It’s 2021 now, shouldn’t the government agencies already have discontinued this fluoride poisoning based on these studies, instead of forcing you to take them to court to do their job?
Connett: Certainly. In fact, there have been many occasions when this practice should have been discontinued, as many other countries have done. Currently, 97% of the European population does not drink fluoridated water. One time the practice should have been halted in the U.S. was when the CDC Oral Health Division acknowledged in 1999 that they had got the mechanism of fluoride’s supposed dental benefit wrong. They said they used to think the baby should be exposed to fluoride before their teeth had erupted, but now they believe that the benefit is largely topical, i.e., occurs with direct contact with fluoride on the teeth, after they have erupted. At this point the CDC should have switched to advocating topical treatments like fluoridated toothpaste as the preferred delivery system.
Incredibly, despite the quality and consistency of these IQ studies, no health agency or professional body has issued warnings to pregnant women or parents who bottle-feed their babies to avoid fluoride. Nor has the mainstream media been very helpful—they have largely ignored these important studies. We have done our best to do so but our reach is limited. Fortunately, two of the authors of the key IQ studies (Bruce Lanphear and Christine Till) along with Dr. Linda Birnbaum, the former head of the NIEHS, have issued a very strong warning in the form of an editorial in Environmental Health News. We are urging our supporters to get this warning into the hands of any scientist, doctor, public health official, regulator or representative they know. Our message is simple but incredibly important:
“There is no benefit to the fetus or infant before their teeth have erupted from exposure to fluoride, but even if there were, damage to a tooth can be repaired, damage to the brain cannot. Loss of IQ has lifelong consequences.”
Passwater: How is your legal action going?
Connett: We are suing the EPA in Federal court under provisions in TSCA (Toxic Substance Control Act). The beauty of this trial is that it gives us a level playing field as far as the science is concerned. The court is not obliged to give any deference to the authority of the EPA. The court will make its judgment based upon which side the judge believes presents the strongest scientific case. In this respect it is interesting that the EPA did not use experts within its own ranks but instead used an industry-friendly consulting group called Environ (who have defended the “safety” of dioxins, PFAS and all sorts of toxic chemicals for their clients). The Environ scientists did their best to muddy the waters, but it is clear that the judge is following the studies of fluoride’s neurotoxicity very closely and will not easily be fooled.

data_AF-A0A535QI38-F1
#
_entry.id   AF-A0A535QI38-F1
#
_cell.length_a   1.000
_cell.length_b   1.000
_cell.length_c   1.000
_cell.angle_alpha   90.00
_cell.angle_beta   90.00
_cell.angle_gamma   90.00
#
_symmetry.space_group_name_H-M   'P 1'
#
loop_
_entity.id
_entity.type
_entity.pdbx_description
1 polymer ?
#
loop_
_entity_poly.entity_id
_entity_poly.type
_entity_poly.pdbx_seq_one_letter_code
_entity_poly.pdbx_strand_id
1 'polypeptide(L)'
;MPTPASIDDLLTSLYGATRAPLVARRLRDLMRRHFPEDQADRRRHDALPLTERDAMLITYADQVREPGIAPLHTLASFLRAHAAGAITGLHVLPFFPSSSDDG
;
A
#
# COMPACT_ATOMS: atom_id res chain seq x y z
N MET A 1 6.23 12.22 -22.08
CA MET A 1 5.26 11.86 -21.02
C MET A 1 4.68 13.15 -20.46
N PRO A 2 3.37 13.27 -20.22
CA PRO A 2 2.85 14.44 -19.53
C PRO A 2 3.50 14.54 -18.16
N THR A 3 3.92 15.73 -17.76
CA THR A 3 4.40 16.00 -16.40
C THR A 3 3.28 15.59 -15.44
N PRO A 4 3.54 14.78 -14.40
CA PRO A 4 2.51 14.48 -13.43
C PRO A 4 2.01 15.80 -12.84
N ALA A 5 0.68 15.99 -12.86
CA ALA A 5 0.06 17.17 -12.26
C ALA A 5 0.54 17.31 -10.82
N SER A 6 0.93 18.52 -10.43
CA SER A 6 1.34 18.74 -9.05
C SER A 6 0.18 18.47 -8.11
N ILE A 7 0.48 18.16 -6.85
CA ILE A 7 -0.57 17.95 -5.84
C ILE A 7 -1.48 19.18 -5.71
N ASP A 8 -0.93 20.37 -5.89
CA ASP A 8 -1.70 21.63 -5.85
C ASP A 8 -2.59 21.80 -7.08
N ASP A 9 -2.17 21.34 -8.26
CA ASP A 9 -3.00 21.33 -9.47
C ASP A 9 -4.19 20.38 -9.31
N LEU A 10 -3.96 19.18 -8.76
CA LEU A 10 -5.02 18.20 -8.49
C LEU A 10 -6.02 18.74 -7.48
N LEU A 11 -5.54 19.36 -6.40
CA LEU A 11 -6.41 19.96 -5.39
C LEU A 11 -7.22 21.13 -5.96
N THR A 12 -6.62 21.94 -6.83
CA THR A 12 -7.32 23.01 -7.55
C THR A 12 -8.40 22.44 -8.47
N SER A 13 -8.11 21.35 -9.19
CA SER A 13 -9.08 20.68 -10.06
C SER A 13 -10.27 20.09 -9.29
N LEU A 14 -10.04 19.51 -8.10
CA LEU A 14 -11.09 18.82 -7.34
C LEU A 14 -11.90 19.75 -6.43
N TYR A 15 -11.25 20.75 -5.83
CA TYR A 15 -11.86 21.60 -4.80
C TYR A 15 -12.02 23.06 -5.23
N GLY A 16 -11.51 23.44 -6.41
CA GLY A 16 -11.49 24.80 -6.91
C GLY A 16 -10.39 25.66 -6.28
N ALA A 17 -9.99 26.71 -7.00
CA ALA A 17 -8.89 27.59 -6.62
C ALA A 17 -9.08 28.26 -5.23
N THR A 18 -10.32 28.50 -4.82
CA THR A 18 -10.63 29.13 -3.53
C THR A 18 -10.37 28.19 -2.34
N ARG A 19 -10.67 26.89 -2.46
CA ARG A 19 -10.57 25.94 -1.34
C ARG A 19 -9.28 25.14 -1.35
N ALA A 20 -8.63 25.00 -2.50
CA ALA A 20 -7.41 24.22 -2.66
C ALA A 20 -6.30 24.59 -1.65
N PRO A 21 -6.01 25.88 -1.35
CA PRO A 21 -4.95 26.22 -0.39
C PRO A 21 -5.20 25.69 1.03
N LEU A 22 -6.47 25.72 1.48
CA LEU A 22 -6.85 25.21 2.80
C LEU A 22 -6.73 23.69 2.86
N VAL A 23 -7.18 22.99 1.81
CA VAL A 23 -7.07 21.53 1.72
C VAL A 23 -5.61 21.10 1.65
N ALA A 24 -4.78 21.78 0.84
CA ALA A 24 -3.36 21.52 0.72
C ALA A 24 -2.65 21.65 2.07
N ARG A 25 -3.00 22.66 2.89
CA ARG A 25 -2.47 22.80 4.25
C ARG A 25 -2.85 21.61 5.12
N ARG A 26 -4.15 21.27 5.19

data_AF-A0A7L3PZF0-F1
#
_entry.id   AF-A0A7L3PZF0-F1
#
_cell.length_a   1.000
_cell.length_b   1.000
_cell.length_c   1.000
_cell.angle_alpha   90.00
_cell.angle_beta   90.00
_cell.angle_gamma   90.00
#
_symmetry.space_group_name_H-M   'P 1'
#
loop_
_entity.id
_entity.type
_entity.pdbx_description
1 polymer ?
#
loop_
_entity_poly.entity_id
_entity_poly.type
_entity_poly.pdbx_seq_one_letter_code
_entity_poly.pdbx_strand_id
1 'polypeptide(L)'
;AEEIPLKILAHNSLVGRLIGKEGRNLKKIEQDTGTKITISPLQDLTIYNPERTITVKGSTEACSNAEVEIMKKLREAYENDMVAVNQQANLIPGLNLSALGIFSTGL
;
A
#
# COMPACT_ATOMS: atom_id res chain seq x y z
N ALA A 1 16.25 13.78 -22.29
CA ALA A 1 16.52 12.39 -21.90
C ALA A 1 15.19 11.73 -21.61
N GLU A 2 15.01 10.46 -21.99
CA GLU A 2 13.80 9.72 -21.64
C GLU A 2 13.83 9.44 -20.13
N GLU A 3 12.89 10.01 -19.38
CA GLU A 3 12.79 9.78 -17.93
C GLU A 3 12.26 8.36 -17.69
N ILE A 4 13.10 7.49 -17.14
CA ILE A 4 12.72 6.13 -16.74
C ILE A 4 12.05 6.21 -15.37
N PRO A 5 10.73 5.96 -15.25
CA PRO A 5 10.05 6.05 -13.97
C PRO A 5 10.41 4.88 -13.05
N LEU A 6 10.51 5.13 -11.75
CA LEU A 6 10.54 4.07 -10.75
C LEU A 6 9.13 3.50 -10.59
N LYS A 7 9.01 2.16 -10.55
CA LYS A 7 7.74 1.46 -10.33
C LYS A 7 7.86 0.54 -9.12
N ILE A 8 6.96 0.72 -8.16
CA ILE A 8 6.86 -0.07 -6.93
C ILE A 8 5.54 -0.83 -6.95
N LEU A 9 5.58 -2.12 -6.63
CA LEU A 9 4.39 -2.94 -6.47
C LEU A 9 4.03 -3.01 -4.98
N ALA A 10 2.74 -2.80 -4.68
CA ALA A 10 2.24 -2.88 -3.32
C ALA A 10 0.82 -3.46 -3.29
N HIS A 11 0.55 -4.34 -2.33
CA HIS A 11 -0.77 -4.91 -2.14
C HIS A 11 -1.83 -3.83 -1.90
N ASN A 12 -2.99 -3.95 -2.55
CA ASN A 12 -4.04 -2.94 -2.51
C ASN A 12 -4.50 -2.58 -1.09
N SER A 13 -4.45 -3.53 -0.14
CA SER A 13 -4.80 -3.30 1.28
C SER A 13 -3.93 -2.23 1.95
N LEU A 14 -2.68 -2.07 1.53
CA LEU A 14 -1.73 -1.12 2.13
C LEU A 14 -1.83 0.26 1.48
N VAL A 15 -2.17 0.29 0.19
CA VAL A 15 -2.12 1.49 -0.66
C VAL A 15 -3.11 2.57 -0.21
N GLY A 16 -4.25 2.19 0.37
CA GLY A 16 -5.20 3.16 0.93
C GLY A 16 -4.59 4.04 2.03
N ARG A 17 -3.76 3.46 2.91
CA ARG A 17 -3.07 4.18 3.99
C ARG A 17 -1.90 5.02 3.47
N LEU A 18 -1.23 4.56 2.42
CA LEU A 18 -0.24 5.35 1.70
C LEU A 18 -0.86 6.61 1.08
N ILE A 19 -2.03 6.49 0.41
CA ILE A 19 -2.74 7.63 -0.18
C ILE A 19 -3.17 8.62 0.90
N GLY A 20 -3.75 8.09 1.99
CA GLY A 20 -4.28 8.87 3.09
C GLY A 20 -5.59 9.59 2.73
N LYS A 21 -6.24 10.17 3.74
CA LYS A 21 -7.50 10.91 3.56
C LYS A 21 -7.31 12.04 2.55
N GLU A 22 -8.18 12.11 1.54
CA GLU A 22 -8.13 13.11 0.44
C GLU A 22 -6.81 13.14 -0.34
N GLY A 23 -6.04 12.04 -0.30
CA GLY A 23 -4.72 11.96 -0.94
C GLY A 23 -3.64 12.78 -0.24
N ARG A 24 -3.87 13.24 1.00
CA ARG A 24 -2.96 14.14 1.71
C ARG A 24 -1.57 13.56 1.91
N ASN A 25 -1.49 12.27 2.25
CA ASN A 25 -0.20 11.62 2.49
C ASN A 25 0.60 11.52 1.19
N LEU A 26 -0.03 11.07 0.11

Passwater: Well, a lot of money is at stake. If the waste products from several industries including the fertilizer industry—which fluoride is—is classified as a harmful pollutant once again, as it was in the early 1940s, then it could cost that industry billions. What is the next step?
Connett: Running parallel with our court case, the U.S. National Toxicology Program (at our request in 2016) has been doing a systematic review of fluoride’s neurotoxicity. This has gone through two drafts and has had two peer reviews by a committee appointed by NASEM (National Academies of Science, Engineering and Medicine).
The first two drafts of the NTP monograph concluded that fluoride should be considered to pose a “presumed neurotoxic hazard” for children. This is the second highest classification of hazard for the NTP. The four levels are: known, presumed, suspected, or non-classifiable. Even though the second peer review by NASEM did not challenge this classification by the NTP, it did recommend that the NTP explain the underpinnings of this conclusion more clearly to the public. On February 9, NTP announced it would not be reaching conclusions about hazard but simply provide a report the “State of the Science.”
This state of the science review—which is already the most comprehensive review of fluoride’s neurotoxicity ever performed—should provide an excellent starting point for a formal health risk assessment. In an ideal world, we would expect this to be done by the EPA—that is their job. However, we have grown accustomed to the EPA not doing their job on this pollutant (they seem to prefer regulating industrial-pollutants not government-sanctioned pollutants). Probably the best we can expect—at least in the short term—is for a risk assessment to be published by an independent research team. Philippe Grandjean, along with several of the authors of the U.S. agency-funded IQ studies, has already produced such a risk assessment, titled: A Benchmark Dose Analysis for Maternal Pregnancy Urine-Fluoride and IQ in Children. It is currently being considered for publication. The safe reference dose (RfD) they derived from their analysis would be greatly exceeded by nearly all children living in fluoridated communities.
Passwater: Well, these government agencies tend to ignore the courts and continue their harmful ways with a “so what are you going to do about it” attitude.
Connett: If we get a favorable ruling from the judge, we can use that to lobby state governments to pass legislation against this practice (even if the EPA drags its feet on the matter) and especially in those 12 states in which the practice is mandatory (Arkansas, California, Connecticut, Delaware, Georgia, Illinois, Louisiana, Michigan, Minnesota, Mississippi, Ohio and South Dakota)—see details at fluoridealert.org. As is often the case in environmental matters, once a few states act independently it forces the Federal government to act (as in the case of lead).
We also believe that a favorable court ruling will have strong influence on fluoridating countries outside the U.S. (Australia, Canada, Ireland, New Zealand, the UK, and some South American countries.) This will be particularly important ruling for both the UK and NZ, since both countries are considering (incredibly) making fluoridation mandatory.
Passwater: Well, Dr. Connett you certainly have taken Action Against Fluoridation, but there is more to tell. Let’s consider several more reasons why Fluoridation should be banned in the next column. In the meantime, readers can find additional information on your website at www.fluoridealert.org.